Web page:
engraving on hard and precious stones. Today I have been a glyptician for 25 years, a term I prefer
over “engraver sculptor” because it implies an artistic dimension to which I am very much attached.
These unique pieces translate the experience, patience, passion and I would say even the self-
sacrifice inherent to this line of work. Through them, art is omnipresent in our profession. We inscribe
a portion of ourselves into each finished piece, and there it remains.
You have carved panthers from petrified wood for Cartier. Was this a way of reinventing
yourself? Have you taken any new risks?
Petrified wood is wood that was turned into stone more than 70 million years ago. I had already carved blocks of petrified wood, but this was the first time I made a panther! So yes, I was scared. Would I be able to bring the cat to life? Would I succeed in bringing forth its quintessential qualities? Would I be satisfied with the shape of its mouth? Would it be consistent with what the creative team at Cartier had envisioned? I was gripped with apprehension. First, I spent some time contemplating the stone, and then I finally let go. My fears vanished, and my movements became more serene, experienced, strong and precise. I tried to achieve the ultimate potential of the drawing designed by Cartier, but stone is not easily tamed. Cartier invents; I choose and submit the stone that I believe best corresponds to their expectations and then I begin to sculpt.
Is everyone free to make mistakes?
Not really. For Cartier, we handle precious stones for unique and outstanding orders. The hand
cannot slip; the movements must be carried out with confidence. Fear is part of our daily business,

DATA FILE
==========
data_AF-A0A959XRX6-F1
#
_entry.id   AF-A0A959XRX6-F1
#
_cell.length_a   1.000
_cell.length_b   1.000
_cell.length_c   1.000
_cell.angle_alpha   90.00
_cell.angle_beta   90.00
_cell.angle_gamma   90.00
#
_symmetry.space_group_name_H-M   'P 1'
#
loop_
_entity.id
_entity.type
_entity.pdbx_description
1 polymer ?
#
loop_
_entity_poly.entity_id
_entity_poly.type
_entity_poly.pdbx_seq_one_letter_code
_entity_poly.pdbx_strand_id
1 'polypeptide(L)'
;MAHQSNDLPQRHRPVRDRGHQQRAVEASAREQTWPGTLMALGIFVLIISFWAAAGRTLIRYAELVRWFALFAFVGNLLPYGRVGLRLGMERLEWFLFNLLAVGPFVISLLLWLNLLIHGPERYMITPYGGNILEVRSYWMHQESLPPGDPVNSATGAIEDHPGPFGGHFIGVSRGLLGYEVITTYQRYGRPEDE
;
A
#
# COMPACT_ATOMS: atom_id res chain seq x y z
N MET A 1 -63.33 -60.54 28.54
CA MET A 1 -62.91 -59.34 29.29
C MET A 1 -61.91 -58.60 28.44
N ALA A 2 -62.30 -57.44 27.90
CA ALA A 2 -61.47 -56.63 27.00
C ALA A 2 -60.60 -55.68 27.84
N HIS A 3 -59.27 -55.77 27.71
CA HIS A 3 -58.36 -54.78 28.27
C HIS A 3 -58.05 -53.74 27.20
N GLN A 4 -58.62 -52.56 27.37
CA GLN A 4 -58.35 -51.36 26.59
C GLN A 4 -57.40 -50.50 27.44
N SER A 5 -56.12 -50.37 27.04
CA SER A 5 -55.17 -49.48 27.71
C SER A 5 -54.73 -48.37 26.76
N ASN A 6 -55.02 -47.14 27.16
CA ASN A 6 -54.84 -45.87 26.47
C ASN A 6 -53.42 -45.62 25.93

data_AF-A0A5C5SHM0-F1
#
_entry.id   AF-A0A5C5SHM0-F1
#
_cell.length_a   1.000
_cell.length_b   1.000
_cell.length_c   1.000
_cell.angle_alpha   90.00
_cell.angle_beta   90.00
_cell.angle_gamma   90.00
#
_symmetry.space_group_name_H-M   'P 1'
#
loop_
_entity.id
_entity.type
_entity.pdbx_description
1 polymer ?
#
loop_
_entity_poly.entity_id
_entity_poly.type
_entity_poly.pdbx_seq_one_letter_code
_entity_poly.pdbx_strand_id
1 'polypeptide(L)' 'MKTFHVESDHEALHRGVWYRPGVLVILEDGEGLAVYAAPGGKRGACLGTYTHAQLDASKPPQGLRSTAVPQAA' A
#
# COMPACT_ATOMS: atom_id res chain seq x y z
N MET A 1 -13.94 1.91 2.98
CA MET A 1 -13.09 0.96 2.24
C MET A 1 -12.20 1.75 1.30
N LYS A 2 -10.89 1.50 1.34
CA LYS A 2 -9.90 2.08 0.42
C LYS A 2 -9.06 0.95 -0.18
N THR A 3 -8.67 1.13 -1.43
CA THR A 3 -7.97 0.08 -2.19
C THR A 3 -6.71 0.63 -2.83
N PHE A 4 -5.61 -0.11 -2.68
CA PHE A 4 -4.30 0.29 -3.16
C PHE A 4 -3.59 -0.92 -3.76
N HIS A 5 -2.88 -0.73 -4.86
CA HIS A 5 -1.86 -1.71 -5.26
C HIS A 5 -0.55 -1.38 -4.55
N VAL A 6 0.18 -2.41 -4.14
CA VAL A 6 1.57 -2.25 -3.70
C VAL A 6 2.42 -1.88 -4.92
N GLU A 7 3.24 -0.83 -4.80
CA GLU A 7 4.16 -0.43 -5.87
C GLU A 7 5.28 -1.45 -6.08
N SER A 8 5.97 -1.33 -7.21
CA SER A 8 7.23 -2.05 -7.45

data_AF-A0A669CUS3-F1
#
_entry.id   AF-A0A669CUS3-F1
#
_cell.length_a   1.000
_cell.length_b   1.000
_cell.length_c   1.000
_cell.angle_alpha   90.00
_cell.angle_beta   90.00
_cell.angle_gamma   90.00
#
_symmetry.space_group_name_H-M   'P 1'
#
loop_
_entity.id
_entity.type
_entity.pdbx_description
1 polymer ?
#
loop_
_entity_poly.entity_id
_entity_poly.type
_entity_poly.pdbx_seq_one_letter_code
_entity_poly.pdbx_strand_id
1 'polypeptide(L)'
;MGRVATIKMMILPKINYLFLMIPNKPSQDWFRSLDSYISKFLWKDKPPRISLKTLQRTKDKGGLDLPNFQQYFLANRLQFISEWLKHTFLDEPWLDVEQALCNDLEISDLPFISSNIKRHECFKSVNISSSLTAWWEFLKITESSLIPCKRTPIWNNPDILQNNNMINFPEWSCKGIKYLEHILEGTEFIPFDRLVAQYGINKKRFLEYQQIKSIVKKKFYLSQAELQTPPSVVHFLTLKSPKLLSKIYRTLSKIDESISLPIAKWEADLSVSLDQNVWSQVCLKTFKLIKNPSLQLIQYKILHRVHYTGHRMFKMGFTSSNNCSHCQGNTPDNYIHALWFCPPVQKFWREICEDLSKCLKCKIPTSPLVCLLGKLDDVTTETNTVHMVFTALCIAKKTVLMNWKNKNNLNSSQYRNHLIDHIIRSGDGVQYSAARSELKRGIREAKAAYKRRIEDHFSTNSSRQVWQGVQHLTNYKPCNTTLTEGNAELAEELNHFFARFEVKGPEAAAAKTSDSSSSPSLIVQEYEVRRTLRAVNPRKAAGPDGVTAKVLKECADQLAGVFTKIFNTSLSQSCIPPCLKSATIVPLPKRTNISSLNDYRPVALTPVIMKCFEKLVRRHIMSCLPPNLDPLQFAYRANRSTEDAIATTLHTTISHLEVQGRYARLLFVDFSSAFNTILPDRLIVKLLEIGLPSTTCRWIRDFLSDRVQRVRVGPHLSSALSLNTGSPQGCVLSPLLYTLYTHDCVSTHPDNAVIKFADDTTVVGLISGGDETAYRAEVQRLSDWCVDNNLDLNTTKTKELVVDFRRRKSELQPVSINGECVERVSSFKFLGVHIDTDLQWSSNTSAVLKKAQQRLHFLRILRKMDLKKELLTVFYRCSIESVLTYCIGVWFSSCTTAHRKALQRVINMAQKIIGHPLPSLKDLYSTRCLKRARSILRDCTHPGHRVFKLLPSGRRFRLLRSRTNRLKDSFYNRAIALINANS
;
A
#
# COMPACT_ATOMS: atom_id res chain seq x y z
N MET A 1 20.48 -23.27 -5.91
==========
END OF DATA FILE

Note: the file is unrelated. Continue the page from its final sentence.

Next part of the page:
and the only remedy is patience. We fight a constant battle against time in order to meet our
deadlines. But working on a gem can take six months or two years, depending on the difficulty of the
design and the density of the material. For example, to create the petrified wood panthers, I worked
between 250 and 300 hours on each piece, not counting the time I spent studying and making models
of them, which took 50 hours each. The key to a glyptician’s art lies in risk-taking. If you can get in
touch with the pain at the heart of the process, then the pleasure you feel once the object is
successfully completed cancels out the hundreds of hours of toil and trouble.
Philippe Nicolas, you are one of the last glypticians. Is your job doomed to disappear?
In a world of excessive consumption where work is done on the assembly line, where profitability
tends to transcend quality, it is extremely difficult to make our business economically viable. Today, many workshops and training programs for engraving and carving hard and precious stones have disappeared – to my knowledge, none are still in existence – without having had the opportunity to properly preserve the jobs associated with them. And yet, they represent an inestimable wealth, a priceless legacy. They are part of our culture, our heritage and committing oneself to protecting them by passing them on to future generations is the fulfillment of a life, my life. At least, I try. I have held the title of Maître d’Art since 2008, in other words I am morally and ethically committed to the transmission of this know-how, a trade and a cultural tradition. Even before I received this recognition from France’s Ministry of Culture, I felt compelled to share the practice of glyptics, my experience and skills. In 2004, when I moved to Paris, I wanted to teach others about this art. That is still true today, and I have worked exclusively for the Maison Cartier since then. So no, I do not think our business is doomed to disappear. We are still teaching younger generations, still taking on apprentices. Individual masters still believe in transmitting the craft, as do large established jewellers like the Maison Cartier.
The Biennale des Antiquaires runs Sep 15 through 22 at the Grand Palais, Paris.